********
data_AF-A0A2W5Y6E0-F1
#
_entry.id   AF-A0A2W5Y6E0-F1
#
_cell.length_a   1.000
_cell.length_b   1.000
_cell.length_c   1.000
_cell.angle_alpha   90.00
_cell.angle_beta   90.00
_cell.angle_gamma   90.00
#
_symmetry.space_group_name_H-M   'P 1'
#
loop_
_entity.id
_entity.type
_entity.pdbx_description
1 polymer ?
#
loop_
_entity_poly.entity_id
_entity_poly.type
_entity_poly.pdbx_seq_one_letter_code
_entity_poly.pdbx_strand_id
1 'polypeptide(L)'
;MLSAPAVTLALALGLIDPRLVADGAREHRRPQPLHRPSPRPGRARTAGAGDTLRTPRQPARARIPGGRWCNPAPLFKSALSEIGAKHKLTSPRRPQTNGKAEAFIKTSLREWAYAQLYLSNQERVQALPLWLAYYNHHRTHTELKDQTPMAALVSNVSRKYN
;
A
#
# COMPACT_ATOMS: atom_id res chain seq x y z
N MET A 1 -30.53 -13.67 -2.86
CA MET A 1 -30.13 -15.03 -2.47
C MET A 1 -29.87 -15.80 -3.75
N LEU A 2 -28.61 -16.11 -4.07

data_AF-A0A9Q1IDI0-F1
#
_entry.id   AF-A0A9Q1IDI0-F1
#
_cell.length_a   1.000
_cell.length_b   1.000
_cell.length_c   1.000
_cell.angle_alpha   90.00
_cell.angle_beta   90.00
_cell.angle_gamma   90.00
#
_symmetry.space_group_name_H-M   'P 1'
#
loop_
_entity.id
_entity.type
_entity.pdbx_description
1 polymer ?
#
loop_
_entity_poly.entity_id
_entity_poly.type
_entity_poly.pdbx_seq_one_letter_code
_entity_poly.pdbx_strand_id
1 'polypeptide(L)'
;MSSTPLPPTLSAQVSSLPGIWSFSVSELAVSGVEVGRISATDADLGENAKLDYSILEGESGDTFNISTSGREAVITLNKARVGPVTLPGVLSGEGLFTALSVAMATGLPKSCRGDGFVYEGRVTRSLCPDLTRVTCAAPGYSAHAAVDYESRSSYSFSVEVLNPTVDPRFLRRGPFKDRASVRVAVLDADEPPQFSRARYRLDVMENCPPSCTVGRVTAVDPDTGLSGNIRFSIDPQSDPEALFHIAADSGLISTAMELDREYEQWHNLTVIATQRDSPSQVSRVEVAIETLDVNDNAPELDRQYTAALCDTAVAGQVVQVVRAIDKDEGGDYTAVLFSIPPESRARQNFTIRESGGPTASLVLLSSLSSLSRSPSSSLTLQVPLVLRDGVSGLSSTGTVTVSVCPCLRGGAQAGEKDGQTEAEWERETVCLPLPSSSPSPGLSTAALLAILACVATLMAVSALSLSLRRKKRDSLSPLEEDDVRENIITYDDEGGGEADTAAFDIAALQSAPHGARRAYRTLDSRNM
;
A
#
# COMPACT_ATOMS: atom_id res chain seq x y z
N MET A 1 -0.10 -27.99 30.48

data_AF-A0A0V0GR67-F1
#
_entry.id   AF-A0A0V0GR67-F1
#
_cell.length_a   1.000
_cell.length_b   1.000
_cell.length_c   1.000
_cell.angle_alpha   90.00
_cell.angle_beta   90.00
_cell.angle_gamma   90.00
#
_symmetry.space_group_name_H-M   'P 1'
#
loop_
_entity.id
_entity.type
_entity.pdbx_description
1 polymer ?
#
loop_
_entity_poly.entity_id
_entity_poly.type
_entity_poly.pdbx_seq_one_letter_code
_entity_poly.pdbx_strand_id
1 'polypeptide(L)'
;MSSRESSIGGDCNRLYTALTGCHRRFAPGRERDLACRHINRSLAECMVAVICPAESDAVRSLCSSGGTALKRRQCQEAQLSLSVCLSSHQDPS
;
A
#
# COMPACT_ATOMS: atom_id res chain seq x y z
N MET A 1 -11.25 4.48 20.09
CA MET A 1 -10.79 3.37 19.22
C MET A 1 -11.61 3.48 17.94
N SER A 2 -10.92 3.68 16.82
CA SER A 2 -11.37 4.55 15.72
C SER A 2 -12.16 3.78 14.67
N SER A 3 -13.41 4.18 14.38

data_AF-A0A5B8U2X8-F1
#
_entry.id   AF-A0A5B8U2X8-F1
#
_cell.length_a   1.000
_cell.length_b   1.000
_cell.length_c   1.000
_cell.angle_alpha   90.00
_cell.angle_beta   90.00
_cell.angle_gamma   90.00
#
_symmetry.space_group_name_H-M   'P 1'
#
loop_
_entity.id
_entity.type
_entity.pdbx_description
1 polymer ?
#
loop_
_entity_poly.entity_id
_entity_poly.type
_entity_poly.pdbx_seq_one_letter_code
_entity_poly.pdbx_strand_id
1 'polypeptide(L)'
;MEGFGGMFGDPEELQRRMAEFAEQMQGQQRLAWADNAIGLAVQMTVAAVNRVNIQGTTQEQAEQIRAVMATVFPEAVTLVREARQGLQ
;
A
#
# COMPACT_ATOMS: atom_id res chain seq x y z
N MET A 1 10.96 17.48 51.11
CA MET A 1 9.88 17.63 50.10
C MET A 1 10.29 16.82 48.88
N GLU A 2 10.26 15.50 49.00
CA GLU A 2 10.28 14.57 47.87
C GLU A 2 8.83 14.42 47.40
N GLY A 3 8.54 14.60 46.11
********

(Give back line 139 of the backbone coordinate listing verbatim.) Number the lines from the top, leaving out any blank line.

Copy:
N GLY A 3 8.54 14.60 46.11